The mission administrator, Father Fernando Ruge Garcia, said that the mission was previously under the auspices of St. Benedict Church but since last June has been in closer contact with St. Monica Church, which is about a mile away. The mission’s parishioners packed into the rented church space in the strip mall every weekend to one of four weekend Masses. They rarely used candles because the space was so tight. During the week Sister Marta Herrera, RFR, staffed the mission from 2 to 8 p.m.

Father Paul Flood, pastor of St. Benedict Church, was one of the first people on the scene of the fire. His parish, he said, has offered “material, financial and spiritual help” to the members of the mission.

“At this point we’re just waiting for the diocese to determine the long term plan and let us know the needs,” Father Flood said. “Then we’ll help however we can.”

The community is meeting temporarily at St. Monica’s, which quickly added a 7:30 p.m. Saturday Mass and a 2:30 p.m. Sunday Mass—both celebrated by Father Ruge Garcia—as well as making arrangements for religious education on Saturday from 6 to 7 p.m.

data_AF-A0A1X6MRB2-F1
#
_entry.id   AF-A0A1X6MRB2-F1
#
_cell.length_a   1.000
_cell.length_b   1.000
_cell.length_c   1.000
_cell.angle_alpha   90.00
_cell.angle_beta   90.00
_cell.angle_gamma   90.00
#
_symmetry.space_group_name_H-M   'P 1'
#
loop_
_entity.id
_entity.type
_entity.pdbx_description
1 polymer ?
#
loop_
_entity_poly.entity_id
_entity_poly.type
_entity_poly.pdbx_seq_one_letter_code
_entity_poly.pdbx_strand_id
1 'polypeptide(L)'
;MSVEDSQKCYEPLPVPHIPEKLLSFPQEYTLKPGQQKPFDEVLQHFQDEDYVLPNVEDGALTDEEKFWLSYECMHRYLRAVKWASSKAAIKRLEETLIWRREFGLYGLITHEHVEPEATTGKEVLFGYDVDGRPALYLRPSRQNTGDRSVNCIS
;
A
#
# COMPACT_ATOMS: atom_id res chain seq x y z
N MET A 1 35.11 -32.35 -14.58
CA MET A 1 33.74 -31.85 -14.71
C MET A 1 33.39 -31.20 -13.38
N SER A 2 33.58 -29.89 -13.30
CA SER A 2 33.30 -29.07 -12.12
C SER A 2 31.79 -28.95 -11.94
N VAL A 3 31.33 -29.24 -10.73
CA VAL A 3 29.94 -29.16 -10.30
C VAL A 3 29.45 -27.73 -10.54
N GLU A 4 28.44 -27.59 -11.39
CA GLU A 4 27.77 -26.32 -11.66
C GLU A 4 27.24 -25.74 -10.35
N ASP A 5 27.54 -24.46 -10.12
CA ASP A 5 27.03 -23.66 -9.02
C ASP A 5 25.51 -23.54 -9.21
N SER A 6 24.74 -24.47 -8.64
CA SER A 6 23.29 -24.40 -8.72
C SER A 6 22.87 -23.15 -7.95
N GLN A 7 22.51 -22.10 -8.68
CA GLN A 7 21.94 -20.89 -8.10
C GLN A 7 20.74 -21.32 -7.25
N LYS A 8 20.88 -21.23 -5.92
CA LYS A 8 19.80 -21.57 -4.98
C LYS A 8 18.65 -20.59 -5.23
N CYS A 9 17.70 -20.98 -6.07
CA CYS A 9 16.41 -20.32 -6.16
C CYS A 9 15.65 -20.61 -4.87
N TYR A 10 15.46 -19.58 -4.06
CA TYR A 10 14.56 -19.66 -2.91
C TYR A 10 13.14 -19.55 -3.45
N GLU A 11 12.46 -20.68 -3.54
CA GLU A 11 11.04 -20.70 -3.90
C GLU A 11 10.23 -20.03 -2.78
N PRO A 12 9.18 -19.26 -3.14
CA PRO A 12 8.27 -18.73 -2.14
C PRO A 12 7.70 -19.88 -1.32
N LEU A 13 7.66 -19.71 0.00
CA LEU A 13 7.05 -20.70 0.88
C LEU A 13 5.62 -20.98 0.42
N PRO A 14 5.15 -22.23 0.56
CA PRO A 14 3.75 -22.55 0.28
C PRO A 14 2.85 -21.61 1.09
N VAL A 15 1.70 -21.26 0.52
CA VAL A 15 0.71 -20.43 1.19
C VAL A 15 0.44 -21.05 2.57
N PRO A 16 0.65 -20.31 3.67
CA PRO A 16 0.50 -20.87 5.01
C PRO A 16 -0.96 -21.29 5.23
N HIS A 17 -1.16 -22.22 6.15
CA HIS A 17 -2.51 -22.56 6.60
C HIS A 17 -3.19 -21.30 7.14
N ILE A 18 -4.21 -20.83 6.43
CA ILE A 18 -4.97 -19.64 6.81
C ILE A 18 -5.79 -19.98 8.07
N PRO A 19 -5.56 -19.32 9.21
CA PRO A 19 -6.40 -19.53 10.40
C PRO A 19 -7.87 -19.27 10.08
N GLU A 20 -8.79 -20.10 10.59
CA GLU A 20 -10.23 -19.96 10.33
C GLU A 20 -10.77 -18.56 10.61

Pat Chivers, communications director of the Archdiocese of Atlanta, attended the Saturday evening Mass at St. Monica’s and estimated there were 500 people there. She was struck by “how welcoming Father Jack Durkin and his parishioners were. They had people at the door welcoming the Hispanic parishioners, helping them with music.” Father Durkin, the pastor, also had the leaders of his parish ministries there to assist the people.

“They (the Masses at St. Monica’s) were added on the spur of the moment,” said Chivers. “It is temporary, but we think (it will be) at least three weeks.”

She said that Father Durkin has just “welcomed the community with open arms” in a warm display of hospitality and added that the Knights of Columbus presented a check to Father Ruge Garcia for the mission this weekend and will be doing more.